Before starting any demolition or renovation project, it is imperative that you are aware of potentially harmful materials on your project site, amongst other preliminary steps. This guide will walk you through the steps involved in planning your project and identifying common harmful materials.
Determine the work to be done.
Determine the maximum amount you are willing to spend and don't go over that budget. The various costs that factor into a house demolition or remodel can be much different than you think, so start a running list of the work you need (or want) done. Then, do a little research to determine average costs to do the work, and add it up to get a decent idea of what it would cost.
The first and most important aspect of the planning process, whether it's a demolition or renovation project, is making sure you have the funds to complete the project as a whole.
Estimating the cost of labor can be tricky, but it's generally safe to plan for labor accounting for 15 - 30% of the total budget. Your budget should also include a 10 - 20% contingency depending on how big or complex your project is.
Learn more about planning your project:
- Getting Started with Demo
- Create a Home Remodeling Plan in 10 Simple Steps
- Home Improvement Projects That Offer Tax Benefits
- Should I Demolish and Rebuild or Renovate My House?
- 8 Transformative Home Remodeling Projects to Tackle Today
Conduct a walk-through of the project site.
The walkthrough should include inspecting the structure and surrounding grounds. Be sure it's thorough in identifying items that could contain harmful materials (e.g., asbestos) or other site-related concerns, such as structural defects.
A thorough walk-through should be conducted by an experienced home inspector or contractor.
Before you begin any demolition or renovation project, have the project site thoroughly inspected for the following items, as they may contain hazardous materials:
- Building materials and fixtures
- Electrical systems
- HVAC systems
- Insulation in ceilings and walls
- Lighting fixtures/ballasts and bulbs/lamps
- Meters and switches
- Abandoned wells
- Computers and other electronics
- Exit signs
Your state's Department of Natural Resources (DNR) and Department of Health Services (DHS) likely require specific hazardous material identification and testing methods be followed, so be sure to hire an experienced inspector or a contractor that specializes in hazardous material identification and removal if you think it's possible hazardous materials are present.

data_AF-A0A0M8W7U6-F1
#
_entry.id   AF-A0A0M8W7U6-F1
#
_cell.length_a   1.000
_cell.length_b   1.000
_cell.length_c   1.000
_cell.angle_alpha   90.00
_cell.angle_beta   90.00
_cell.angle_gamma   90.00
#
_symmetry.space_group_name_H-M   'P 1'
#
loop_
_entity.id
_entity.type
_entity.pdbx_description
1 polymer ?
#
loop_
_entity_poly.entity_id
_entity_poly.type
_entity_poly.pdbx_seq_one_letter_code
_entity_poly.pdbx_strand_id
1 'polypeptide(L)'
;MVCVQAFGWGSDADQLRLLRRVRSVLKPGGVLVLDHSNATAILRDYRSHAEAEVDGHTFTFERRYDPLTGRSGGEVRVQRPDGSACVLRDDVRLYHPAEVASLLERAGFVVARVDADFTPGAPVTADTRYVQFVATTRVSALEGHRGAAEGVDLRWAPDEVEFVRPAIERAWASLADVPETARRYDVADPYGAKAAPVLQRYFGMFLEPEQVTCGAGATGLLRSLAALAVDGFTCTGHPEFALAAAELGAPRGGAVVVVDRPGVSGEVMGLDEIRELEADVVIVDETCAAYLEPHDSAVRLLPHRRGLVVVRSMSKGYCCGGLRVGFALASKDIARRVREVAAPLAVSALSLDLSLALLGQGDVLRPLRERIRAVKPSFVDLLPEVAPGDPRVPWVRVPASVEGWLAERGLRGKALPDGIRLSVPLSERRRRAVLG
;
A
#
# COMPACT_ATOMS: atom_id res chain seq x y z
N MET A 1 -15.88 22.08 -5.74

Identify harmful materials.
Identifying hazardous materials before starting work on a project site protects you, those working on your project, and nearby neighbors from potentially damaging materials, as well as your project's overall viability.
5 most common hazardous materials found:
- CFCs (chlorofluorocarbons) and halons
- PCBs (polychlorinated biphenyls)
Be aware of the various health risks.
Asbestos is one of the most widely known human carcinogens and can cause serious health problems when disrupted and inhaled. In older homes, asbestos is commonly found in ceilings, interior/exterior walls, HVAC systems, electrical systems, roofing materials, plumbing, and flooring insulation. It is also found in some appliances with a heating element, blackboards, fire resistant materials, and more.
Lead dust can also pose serious health hazards, like heart/cardiovascular disease, kidney disease, infertility, neuropathy, stroke, memory problems, Alzheimer's disease, etc.
Other, less widely known hazards include CFCs, mercury, and PCBs.
Find the best contractor for your project.
Hometown makes it incredibly easy to find the best demolition contractor for you and your project, whether you're demolishing an entire house or remodeling a few rooms.
Start by going to HometownDemolitionContractors.com, then let us know what work you need to be done. We'll ask you a couple of follow-up questions to determine which contractors fit your needs. Then, we'll show you the contractors in your area that offer that service, or we'll submit your quote on your behalf to those that qualify.
Keep reading about finding the right contractor:
- 7 Keys to Successfully Hiring a Demolition Contractor
- Licensing 101: A State-by-State Guide to Contractor License Requirements
- 2 Jobs, 1 Contractor: How to Save Money on Demolition Projects
Get permit(s) and a clearly written plan before beginning demolition or renovation.
Before starting any work, get a written statement from your contractor that clearly spells out the work plan, cleanup and remediation processes, and applicable federal, state, and/or local regulations that the contractor is required to follow. Permits may be required.
Learn more about demolition and deconstruction: